The glaring inconsistencies in how the law-enforcement agencies and financial regulators have treated President Cyril Ramaphosa’s Phala Phala farm break-in saga are too obvious to dispute.
Take the recent arrests of the three suspected thieves by the Hawks to illustrate our argument.
The breakthrough is commendable, but neither Ramaphosa nor those he tasked with running the farm reported a case of theft and break-in to the police when the incident took place in early 2020.
Only after former State Security head Arthur Fraser blew the lid two years later about the theft of US dollars stashed in furniture at Phala Phala was a case reported to the police. Subsequently, the Hawks took over the investigation.
Months later, we have arrests and the accused must now answer to charges. Equally and if justice is seen to be done, questions must be asked of the Hawks’ pace in the case against Ramaphosa, which includes serious allegations of torture, bribery, failing to report a crime and money laundering, among others.
The Hawks can no longer remain tight-lipped about such an important probe which could end the president’s career if he were to be charged. They should demonstrate the same vigour as in the case of former Agriculture, Forestry and Fisheries deputy director-general, Siphokazi Ndudane, who the Hawks accused of contravention of the Prevention and Combating of Corrupt Activities Act (Precca) when she apparently failed to report fraud brought to her attention.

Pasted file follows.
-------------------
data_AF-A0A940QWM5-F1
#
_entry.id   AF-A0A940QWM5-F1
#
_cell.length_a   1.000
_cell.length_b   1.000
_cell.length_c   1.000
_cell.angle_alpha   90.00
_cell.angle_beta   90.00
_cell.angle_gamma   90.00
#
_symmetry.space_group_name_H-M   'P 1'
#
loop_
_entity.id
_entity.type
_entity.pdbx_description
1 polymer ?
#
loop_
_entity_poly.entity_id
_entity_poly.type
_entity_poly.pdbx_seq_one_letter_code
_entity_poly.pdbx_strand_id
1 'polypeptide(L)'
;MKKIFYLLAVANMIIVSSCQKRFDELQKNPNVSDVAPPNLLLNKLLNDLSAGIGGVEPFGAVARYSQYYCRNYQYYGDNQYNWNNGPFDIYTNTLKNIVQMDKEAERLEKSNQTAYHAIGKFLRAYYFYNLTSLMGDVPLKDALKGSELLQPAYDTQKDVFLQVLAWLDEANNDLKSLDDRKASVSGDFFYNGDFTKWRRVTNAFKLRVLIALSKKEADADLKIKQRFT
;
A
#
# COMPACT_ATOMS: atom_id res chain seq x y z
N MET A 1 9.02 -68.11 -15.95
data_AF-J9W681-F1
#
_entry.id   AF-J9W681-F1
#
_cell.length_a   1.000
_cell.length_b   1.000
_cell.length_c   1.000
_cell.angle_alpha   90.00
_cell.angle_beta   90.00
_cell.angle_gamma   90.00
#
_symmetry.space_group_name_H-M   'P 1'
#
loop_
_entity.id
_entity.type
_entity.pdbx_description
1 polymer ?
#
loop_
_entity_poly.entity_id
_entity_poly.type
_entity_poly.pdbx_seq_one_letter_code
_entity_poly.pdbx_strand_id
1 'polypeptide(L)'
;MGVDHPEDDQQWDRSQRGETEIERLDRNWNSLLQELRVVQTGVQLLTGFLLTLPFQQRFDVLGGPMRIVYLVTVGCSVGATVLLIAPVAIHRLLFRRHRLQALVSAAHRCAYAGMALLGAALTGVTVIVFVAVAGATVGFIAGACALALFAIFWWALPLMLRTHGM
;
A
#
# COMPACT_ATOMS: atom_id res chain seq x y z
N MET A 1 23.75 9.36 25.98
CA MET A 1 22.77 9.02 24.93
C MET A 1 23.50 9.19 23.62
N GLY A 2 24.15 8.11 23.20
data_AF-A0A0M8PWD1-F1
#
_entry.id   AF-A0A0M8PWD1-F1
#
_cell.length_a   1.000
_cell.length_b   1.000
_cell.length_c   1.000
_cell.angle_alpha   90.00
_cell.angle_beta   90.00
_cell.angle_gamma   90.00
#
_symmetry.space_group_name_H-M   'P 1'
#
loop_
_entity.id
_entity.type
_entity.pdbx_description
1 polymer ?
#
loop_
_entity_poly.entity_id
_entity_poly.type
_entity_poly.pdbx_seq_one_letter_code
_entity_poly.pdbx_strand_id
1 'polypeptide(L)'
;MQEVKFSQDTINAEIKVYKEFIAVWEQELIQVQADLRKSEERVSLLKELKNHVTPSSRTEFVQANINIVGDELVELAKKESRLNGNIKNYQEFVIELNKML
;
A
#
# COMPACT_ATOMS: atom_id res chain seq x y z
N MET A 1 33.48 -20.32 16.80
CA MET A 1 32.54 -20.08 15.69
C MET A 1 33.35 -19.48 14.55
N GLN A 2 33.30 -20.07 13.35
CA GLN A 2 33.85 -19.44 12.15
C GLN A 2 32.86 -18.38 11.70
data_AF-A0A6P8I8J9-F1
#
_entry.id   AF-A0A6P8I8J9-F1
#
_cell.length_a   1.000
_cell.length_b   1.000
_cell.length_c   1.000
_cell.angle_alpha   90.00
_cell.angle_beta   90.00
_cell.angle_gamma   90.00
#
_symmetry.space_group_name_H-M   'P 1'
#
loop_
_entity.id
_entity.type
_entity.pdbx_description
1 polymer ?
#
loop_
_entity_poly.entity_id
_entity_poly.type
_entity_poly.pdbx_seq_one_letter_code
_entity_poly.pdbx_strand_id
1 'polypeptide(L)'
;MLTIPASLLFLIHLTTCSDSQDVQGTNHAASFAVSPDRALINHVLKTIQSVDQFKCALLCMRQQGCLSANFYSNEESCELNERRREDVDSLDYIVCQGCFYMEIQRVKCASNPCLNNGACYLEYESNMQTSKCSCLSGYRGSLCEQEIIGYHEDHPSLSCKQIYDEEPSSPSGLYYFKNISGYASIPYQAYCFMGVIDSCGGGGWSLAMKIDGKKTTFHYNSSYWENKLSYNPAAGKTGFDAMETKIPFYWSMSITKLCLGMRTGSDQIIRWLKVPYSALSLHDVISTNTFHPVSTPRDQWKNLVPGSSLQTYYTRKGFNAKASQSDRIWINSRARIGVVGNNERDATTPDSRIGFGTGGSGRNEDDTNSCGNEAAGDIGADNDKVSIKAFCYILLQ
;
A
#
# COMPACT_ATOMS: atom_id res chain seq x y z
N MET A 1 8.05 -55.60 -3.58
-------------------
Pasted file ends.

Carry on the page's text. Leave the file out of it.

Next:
This is the same act Ramaphosa allegedly violated, according to Fraser. The damage a president with a dark cloud over his head can cause the country is irreparable. Especially so when a panel established by Parliament found Ramaphosa may have violated his oath of office. That report still stands after he abandoned his bid to challenge it.
The reliance on subsequent reports by the public protector and the SA Reserve Bank has done very little to nullify the scathing findings of the parliamentary panel led by retired chief justice Sandile Ngcobo.
The longer the Hawks unjustifiably prolong their probe, the more difficult it becomes to argue against critics questioning their independence, and rightly so.